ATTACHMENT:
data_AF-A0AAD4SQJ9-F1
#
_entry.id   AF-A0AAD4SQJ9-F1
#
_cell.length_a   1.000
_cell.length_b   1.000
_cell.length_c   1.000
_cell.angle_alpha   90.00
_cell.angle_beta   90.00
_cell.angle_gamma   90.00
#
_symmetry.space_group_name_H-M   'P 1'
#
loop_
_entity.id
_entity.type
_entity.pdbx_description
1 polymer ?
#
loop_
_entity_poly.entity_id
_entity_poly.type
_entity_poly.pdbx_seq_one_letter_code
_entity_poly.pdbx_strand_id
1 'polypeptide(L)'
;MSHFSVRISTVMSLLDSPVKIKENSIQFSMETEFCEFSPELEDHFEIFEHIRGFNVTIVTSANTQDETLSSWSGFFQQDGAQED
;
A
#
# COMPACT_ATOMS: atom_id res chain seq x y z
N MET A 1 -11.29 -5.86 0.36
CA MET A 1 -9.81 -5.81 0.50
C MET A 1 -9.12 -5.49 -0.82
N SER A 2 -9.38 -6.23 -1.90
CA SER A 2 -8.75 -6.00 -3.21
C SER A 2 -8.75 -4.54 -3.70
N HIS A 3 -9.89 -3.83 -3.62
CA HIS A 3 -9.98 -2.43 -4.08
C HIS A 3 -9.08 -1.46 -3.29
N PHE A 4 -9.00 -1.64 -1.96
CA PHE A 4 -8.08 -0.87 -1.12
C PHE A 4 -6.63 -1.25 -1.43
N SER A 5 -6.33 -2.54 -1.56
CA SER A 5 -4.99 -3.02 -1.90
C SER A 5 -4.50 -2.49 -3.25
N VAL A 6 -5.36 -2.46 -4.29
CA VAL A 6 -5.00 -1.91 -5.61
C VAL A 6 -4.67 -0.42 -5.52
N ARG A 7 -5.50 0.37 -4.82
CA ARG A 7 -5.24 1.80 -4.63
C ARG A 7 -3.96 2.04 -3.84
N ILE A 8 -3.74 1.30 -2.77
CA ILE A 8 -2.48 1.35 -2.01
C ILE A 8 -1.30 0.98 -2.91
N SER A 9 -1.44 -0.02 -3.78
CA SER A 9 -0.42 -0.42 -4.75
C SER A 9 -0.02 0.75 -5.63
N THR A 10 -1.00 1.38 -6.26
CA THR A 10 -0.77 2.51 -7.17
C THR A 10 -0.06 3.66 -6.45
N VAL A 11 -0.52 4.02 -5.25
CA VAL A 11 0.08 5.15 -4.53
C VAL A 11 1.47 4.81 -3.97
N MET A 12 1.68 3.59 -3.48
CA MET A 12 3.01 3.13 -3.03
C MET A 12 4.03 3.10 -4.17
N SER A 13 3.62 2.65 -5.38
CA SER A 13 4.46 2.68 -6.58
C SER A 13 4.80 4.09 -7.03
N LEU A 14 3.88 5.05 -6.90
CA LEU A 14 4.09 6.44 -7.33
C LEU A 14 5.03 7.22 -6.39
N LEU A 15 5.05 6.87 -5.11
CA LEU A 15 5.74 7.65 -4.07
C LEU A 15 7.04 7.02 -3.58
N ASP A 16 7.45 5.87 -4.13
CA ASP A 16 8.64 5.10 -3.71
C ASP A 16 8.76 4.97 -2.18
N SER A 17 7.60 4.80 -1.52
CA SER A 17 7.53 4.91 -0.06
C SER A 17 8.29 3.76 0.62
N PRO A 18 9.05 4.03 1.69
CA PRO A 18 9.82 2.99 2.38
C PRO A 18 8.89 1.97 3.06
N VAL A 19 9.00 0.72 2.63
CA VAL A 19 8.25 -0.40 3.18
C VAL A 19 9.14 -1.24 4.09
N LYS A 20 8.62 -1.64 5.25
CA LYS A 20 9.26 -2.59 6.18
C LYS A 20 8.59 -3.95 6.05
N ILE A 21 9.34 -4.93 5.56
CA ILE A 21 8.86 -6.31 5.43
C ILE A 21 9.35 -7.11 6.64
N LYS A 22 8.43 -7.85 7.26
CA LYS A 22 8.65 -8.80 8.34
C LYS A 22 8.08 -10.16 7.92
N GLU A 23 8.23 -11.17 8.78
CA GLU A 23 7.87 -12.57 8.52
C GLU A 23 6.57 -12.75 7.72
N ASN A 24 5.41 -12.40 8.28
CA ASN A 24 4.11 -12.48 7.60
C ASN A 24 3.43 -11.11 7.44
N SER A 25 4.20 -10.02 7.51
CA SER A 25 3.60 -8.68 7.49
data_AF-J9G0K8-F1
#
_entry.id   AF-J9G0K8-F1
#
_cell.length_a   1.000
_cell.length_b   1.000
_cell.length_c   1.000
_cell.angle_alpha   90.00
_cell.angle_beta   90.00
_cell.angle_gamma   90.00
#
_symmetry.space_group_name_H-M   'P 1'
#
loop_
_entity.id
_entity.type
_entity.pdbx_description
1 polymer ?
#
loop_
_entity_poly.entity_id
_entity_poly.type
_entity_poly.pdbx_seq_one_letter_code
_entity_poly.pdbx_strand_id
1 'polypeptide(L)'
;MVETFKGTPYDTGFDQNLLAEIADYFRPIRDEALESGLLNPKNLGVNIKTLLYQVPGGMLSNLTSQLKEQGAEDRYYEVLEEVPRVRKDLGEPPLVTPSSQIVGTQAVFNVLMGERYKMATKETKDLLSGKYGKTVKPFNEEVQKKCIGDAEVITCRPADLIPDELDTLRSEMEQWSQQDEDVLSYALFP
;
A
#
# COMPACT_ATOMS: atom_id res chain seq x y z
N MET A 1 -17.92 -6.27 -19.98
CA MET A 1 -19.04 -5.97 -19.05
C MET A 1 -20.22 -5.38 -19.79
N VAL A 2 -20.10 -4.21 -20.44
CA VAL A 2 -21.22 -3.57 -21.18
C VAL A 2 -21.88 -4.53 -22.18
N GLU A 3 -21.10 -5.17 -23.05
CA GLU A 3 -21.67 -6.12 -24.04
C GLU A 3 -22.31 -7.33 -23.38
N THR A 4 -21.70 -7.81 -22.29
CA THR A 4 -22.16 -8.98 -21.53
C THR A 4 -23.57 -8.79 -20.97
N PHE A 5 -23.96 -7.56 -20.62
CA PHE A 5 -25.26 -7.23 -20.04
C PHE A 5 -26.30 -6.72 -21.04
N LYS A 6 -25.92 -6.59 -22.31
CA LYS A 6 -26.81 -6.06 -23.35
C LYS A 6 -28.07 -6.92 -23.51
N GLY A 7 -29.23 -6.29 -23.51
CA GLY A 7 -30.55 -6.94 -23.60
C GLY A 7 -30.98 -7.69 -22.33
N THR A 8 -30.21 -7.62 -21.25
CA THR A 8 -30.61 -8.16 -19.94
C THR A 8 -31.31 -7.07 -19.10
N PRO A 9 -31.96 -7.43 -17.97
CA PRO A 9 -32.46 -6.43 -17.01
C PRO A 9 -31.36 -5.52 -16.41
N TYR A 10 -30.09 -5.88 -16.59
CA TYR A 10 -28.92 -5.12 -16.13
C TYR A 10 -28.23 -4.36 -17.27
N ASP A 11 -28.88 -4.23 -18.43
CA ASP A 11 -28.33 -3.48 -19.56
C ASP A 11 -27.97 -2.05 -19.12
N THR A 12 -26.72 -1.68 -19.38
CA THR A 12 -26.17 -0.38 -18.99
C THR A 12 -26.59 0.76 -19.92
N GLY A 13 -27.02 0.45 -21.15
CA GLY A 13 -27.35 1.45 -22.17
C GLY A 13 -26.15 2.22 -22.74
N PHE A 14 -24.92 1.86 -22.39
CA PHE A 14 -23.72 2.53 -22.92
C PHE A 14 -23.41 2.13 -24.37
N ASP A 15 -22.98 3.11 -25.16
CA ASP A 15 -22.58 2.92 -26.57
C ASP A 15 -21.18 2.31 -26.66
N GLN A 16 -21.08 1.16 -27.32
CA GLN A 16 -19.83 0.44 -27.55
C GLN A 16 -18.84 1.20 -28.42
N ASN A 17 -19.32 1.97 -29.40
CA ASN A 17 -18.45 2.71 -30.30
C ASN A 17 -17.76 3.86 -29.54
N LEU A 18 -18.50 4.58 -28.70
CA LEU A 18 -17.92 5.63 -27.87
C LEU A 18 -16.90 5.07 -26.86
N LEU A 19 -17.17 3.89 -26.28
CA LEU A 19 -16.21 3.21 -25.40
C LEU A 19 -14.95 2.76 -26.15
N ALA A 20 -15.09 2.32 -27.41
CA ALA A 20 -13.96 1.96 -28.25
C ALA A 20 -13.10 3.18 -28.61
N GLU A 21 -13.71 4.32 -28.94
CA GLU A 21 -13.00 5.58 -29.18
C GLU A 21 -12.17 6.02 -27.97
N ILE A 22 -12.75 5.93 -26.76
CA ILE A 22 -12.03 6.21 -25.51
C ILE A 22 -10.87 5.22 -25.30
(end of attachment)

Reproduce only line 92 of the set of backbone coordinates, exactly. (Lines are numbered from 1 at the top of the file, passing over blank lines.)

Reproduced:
CA ILE A 21 8.86 -6.31 5.43